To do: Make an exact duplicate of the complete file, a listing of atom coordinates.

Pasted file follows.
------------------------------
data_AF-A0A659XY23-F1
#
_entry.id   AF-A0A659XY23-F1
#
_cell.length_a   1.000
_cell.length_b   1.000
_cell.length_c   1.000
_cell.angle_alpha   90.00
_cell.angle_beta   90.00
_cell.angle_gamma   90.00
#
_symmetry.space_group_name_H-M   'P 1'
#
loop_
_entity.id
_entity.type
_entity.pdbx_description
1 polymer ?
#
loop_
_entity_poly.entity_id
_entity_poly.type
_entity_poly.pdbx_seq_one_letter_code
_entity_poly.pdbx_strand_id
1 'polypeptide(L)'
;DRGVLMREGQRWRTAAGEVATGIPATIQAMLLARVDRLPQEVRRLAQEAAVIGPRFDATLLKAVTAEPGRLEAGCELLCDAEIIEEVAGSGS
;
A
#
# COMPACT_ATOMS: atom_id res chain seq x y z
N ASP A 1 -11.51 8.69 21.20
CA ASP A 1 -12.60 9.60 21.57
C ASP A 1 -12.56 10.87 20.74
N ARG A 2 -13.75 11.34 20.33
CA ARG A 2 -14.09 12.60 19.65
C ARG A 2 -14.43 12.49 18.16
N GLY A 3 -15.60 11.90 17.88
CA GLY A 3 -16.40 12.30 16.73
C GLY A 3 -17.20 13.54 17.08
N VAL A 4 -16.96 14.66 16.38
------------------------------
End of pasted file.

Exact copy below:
data_AF-A0A659XY23-F1
#
_entry.id   AF-A0A659XY23-F1
#
_cell.length_a   1.000
_cell.length_b   1.000
_cell.length_c   1.000
_cell.angle_alpha   90.00
_cell.angle_beta   90.00
_cell.angle_gamma   90.00
#
_symmetry.space_group_name_H-M   'P 1'
#
loop_
_entity.id
_entity.type
_entity.pdbx_description
1 polymer ?
#
loop_
_entity_poly.entity_id
_entity_poly.type
_entity_poly.pdbx_seq_one_letter_code
_entity_poly.pdbx_strand_id
1 'polypeptide(L)'
;DRGVLMREGQRWRTAAGEVATGIPATIQAMLLARVDRLPQEVRRLAQEAAVIGPRFDATLLKAVTAEPGRLEAGCELLCDAEIIEEVAGSGS
;
A
#
# COMPACT_ATOMS: atom_id res chain seq x y z
N ASP A 1 -11.51 8.69 21.20
CA ASP A 1 -12.60 9.60 21.57
C ASP A 1 -12.56 10.87 20.74
N ARG A 2 -13.75 11.34 20.33
CA ARG A 2 -14.09 12.60 19.65
C ARG A 2 -14.43 12.49 18.16
N GLY A 3 -15.60 11.90 17.88
CA GLY A 3 -16.40 12.30 16.73
C GLY A 3 -17.20 13.54 17.08
N VAL A 4 -16.96 14.66 16.38